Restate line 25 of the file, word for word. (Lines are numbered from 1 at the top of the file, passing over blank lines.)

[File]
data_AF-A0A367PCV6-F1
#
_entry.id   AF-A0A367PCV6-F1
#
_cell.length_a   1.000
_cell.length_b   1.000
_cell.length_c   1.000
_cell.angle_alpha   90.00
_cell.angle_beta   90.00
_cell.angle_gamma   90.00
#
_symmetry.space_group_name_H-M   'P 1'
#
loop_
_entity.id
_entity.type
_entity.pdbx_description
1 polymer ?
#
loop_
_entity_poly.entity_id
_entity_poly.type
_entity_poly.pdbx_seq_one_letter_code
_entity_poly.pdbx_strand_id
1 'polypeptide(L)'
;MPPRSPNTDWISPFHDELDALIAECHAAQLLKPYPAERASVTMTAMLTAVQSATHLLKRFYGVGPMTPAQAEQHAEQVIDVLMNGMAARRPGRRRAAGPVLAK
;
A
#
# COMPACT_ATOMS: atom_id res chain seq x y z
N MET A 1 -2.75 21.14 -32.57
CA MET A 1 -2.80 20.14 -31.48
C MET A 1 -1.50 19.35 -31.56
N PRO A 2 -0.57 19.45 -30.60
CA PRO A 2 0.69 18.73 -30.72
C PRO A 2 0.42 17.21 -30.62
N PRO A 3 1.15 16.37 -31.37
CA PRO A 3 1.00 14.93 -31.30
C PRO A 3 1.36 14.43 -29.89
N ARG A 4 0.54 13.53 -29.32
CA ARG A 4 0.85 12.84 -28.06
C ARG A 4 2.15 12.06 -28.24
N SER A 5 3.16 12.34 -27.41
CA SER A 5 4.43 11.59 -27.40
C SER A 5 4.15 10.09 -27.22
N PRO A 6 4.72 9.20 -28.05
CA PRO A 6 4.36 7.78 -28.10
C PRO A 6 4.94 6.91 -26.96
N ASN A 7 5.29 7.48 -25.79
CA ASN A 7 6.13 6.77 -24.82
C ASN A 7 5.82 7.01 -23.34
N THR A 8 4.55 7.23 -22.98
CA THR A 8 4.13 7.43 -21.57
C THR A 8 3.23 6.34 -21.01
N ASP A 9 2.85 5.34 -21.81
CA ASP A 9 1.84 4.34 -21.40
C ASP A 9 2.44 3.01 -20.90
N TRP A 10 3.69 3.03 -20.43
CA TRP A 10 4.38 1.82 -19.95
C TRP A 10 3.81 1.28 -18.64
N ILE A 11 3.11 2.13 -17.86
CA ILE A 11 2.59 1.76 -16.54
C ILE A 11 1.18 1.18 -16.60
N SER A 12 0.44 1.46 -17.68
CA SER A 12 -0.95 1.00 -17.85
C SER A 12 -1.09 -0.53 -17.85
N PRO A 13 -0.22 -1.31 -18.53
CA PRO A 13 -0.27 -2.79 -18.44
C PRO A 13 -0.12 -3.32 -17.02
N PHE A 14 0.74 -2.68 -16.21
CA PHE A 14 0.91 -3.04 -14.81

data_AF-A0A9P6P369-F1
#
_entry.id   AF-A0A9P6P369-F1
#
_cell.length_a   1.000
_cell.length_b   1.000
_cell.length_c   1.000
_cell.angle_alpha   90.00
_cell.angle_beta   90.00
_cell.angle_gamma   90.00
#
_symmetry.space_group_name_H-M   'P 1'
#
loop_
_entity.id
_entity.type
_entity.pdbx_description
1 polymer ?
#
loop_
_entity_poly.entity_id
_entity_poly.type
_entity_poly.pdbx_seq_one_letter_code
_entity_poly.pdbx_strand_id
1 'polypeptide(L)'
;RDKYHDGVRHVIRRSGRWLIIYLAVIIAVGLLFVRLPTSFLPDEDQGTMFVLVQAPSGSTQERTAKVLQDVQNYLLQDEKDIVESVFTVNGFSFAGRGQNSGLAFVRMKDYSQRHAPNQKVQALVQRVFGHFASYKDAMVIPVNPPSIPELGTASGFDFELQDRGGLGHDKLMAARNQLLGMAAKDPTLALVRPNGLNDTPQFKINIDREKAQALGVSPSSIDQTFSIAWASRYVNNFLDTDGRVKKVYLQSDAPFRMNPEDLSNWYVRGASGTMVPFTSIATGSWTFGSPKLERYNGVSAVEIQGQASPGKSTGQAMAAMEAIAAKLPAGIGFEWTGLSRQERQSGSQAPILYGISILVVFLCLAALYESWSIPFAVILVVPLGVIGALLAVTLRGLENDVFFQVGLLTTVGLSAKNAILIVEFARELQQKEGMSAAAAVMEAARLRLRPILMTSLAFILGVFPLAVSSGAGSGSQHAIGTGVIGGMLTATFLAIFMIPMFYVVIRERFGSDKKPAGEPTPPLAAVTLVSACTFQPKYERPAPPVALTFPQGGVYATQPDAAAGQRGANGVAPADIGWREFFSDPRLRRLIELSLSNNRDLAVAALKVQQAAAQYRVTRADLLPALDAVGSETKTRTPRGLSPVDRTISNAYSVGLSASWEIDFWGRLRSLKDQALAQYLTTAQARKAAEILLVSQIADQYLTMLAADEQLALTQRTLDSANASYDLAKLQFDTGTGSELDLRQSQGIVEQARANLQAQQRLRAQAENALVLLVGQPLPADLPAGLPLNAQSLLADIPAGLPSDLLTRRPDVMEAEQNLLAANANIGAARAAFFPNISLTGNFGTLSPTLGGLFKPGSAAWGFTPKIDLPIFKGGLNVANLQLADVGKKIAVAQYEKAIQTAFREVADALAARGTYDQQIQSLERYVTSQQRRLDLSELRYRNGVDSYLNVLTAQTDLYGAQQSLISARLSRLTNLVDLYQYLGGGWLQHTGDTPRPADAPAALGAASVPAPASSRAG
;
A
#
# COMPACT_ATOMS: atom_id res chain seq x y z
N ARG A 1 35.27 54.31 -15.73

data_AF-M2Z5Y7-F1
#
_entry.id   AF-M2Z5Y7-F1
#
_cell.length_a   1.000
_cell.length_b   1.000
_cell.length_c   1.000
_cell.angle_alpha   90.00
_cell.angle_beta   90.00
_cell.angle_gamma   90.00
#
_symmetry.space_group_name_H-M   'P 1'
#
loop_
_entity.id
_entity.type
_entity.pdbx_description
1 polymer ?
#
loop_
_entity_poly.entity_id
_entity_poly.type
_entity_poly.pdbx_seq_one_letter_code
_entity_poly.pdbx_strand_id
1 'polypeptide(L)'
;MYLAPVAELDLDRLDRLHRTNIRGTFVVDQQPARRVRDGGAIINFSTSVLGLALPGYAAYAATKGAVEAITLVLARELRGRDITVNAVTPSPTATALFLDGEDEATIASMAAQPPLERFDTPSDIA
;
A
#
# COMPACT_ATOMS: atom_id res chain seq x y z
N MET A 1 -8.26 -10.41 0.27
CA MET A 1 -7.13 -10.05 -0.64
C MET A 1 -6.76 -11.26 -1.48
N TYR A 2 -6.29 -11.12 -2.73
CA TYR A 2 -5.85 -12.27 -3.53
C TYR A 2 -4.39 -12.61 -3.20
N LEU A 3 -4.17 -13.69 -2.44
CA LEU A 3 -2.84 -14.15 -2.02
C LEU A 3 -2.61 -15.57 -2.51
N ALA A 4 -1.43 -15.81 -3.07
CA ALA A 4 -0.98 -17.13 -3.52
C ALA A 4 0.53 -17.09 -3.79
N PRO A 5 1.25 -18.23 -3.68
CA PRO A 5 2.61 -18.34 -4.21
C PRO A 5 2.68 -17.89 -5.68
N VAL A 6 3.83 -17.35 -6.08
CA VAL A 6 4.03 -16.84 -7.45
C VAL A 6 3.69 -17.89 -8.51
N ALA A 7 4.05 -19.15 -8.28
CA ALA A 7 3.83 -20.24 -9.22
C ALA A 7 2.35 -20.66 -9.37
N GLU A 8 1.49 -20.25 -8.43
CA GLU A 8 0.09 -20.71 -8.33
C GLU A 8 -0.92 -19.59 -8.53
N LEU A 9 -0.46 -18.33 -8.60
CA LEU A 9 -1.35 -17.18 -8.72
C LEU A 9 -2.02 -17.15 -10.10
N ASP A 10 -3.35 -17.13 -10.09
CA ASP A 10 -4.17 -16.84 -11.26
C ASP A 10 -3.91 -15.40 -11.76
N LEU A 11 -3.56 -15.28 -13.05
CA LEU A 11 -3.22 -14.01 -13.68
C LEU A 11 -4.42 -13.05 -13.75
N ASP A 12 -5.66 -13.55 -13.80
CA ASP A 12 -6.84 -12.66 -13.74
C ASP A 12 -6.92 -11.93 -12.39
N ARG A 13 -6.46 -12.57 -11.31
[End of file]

1 'polypeptide(L)'